So, the tools, what am I using? My digital audio workstation (DAW) is Logic Pro X. I’ve been using Logic since v7 (Logic Express 7.2, to be exact) and never looked back. it wasn’t until I got Logic 9 that I started doing minor video scoring (short movie of Vine time-lapsed clips I put together for a track I composed). I need to get up to speed on Alchemy. this fantastic new synth that is now part of Logic X as I hear it has some good sounds that lend themselves to movie scoring. As for plugins, I use a number of Native Instrument products – Maschine, Massive, Komplete Select, and now Evolve Mutations 1 and 2, recently cross licensed to Native Instruments for purchase. The bundle has always been popular for movie scoring, specifically science fiction and action-type scenes, but its flexibility allows for it to exceed that. NI recently had them on sale a few months ago, so I thought it’d be a good first investment to use in the scoring arena.

To date, I have one idea complete for the series’ theme music – that track will lie over the series title sequence. It surprisingly came quicker to me than I thought, so I’m kinda amped about that. I got the nod of approval from my SRRC (Senior Resident Creative Consultant aka wife LOL). My JRCC (Junior Resident Creative Consultant aka daughter) will be home from college next month, so I’ll have to see what she says…LOL. After this second idea is done, I’ll transition back to working on the bridging music for both episodes as that music are just ideas in my head, notes in the studio log so far. I hope I can transfer what I hear in my head to a listener’s ears. We’ll see.

That’s about it for now, time to get back to it.

Thanks for the read…


Film Scoring – The Journey – Day 1 – The Background

Blog Photo - Lab Movie Scoring

Greetings readers, thanks for stopping by.

This is the first of many planned posts that I’m sharing with you regarding my foray in to film scoring. I ope you come along for the ride. Most of you reading this post already know me as a musician, composer, songwriter, producer and home studio owner (for those of you that don’t, check the About Me page here on my website). That said, I’ll start this debut post with some back fill as to how I took the first step on this journey…bear with me.

My first steps (or should I say crawl) took place about two years ago. My cousin asked me to score a 10 minute film that he and his friends shot. This film was to be submitted to an international film festival. I jumped at the opportunity because I had never done music-to-film before and figured, “Why not? It can’t be that hard”. After I started I found the complete opposite to be true. Couple that with the fact i was unemployed and constantly looking for a main 9-5 again, it didn’t work out.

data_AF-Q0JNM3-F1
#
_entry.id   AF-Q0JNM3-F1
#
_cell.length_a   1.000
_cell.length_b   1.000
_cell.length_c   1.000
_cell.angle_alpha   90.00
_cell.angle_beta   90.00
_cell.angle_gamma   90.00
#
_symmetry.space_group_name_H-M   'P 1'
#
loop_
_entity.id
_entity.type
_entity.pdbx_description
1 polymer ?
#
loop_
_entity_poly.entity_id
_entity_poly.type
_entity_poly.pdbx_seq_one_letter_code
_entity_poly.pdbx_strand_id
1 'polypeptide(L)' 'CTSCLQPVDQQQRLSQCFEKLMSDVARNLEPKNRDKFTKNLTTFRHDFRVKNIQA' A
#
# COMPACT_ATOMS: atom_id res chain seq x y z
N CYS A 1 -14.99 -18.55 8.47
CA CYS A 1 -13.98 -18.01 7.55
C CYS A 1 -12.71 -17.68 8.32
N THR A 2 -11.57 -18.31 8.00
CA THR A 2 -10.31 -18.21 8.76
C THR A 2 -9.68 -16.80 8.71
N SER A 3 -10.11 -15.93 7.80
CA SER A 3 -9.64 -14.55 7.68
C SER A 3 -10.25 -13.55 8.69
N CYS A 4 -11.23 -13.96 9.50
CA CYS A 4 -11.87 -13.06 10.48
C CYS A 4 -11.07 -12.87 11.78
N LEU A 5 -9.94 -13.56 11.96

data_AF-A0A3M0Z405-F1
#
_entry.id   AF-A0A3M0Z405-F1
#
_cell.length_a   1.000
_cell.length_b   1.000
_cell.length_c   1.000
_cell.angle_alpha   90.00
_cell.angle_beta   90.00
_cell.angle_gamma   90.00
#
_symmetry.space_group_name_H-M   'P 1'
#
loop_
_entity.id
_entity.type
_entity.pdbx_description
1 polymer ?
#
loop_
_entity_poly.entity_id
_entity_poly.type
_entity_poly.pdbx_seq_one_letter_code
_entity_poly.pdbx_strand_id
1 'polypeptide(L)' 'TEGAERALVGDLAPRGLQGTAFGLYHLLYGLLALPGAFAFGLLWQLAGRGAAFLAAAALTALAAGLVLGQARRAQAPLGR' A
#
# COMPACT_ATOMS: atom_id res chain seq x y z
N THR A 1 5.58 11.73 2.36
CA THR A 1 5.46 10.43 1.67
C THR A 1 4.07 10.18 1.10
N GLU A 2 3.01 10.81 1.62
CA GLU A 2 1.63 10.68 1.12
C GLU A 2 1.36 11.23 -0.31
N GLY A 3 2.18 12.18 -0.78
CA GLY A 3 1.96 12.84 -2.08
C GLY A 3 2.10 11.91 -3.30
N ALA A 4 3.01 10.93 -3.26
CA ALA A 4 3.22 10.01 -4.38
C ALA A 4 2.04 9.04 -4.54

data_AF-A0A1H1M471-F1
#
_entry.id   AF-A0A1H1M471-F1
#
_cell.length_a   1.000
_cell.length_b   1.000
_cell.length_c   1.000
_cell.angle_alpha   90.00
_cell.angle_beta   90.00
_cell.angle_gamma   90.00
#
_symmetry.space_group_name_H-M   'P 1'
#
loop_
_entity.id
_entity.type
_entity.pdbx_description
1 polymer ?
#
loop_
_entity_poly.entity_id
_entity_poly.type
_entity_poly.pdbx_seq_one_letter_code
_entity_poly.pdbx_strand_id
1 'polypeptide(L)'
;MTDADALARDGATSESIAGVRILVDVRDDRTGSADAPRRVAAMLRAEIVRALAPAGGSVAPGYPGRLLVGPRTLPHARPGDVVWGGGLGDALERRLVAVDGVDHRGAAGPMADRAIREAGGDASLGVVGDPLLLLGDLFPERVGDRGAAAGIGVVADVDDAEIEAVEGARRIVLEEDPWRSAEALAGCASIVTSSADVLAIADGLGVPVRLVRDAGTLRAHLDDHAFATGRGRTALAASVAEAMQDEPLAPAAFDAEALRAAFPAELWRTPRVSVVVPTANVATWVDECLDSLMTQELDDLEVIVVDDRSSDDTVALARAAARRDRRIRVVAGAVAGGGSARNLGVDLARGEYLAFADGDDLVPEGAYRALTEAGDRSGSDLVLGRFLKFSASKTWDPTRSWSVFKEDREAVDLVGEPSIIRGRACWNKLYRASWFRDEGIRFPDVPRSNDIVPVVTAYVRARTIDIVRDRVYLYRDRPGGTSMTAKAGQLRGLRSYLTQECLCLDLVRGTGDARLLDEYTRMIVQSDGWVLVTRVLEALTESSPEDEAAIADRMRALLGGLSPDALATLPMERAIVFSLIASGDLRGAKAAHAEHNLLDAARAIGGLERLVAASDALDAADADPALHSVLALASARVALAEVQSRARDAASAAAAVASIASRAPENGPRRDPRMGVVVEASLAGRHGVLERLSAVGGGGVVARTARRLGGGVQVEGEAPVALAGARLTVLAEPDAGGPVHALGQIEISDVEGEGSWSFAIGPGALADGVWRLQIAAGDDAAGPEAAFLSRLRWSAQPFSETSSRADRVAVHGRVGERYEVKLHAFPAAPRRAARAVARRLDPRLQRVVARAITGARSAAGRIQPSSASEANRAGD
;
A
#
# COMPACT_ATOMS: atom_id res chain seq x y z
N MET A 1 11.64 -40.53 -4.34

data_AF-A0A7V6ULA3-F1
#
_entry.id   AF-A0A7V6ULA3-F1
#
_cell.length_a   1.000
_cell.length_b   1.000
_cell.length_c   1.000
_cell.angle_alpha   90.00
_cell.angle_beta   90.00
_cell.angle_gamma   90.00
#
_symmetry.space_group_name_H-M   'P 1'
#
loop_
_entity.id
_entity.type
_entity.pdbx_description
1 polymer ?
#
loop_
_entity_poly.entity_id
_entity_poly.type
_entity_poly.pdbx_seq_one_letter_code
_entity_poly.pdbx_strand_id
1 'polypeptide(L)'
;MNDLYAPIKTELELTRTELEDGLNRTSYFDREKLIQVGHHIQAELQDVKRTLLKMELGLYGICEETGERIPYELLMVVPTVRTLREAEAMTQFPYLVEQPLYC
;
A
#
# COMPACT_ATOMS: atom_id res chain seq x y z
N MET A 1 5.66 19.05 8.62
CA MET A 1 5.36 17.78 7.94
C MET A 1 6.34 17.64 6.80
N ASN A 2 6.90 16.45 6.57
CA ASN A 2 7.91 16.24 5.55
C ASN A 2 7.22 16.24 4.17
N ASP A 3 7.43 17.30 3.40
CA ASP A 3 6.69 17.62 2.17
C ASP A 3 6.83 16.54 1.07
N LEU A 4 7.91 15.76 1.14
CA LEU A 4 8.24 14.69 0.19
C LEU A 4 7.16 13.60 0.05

Fast forward to last year, my current PR gal, Felicia Hodges, turned me on to her cousin, who happens to be a screenwriter that has heard my releases and work in progress tracks on my Soundcloud account. Next thing I know, I’m being asked to score the music for her webseries which is already in production. I, being in a better space than I was with my previous try, jumped on it again. Doing so made me realize that, despite getting another crack at this, found it is no more easier than it was before.

Scoring music to film is not like writing and producing music for yourself. That music for the film must be synergistic with the visuals that lie atop the music, so it helps convey the story in the way the screenwriter intends, as well as delivering the essence of what is going on at every place music is used to convey whatever is meant to be conveyed. That is no easy feat, but I have been told by mentor to “make it fun and enjoy what you’re doing: (more on him later).

Prior to writing this, I’ve received rough video for the first two episodes as well as the title sequence (the opening video for each episode). I (as I usually take this logical approach) have been reading a lot articles and spending time collecting YouTube videos for reference. So far, surprisingly, the juices are flowing 🙂

In these posts, I’ll go in to some detail about the composition tools I’m using (my music production friends will love that), as well my own feelings. I’m excited but I admit my confidence level is not where I wanted to be yet …guess I need to correlate this to learning how to ride a bile – gotta start off with training wheels.

Much thanks in advance to my mentor, various composers and music producers on Facebook that were more than glad to spend time sharing their thoughts and advice – it’s highly appreciated – more of who they are is forthcoming,

Last night I completed the first musical idea for the aforementioned title sequence and have an idea for another. My in-house creative consultant (bka wife) likes what she’s heard so far for that. As for the bridging music for the first two themes, I’ve got detailed notes written down in studio log…..let’s see if I can translate what I hear in my head to what everyone else will hear (and see) for the video. The challenge begins.

In the next post, I’ll elaborate a little more on what’s been done and how, as well as the tech side of what I’m using, tool wise.

Thanks for bearing with my “long windedness” and thanks for the read as well.


Remember Challenger (STS-51L): 30 Years Today


Greetings all…

Today, marks 30 years go that we lost the Challenger crew of the STS 51L mission to an explosion of The Shuttle, 73 seconds into flight. It was, as many tragic accidents (and not just in spaceflight), a very sad day.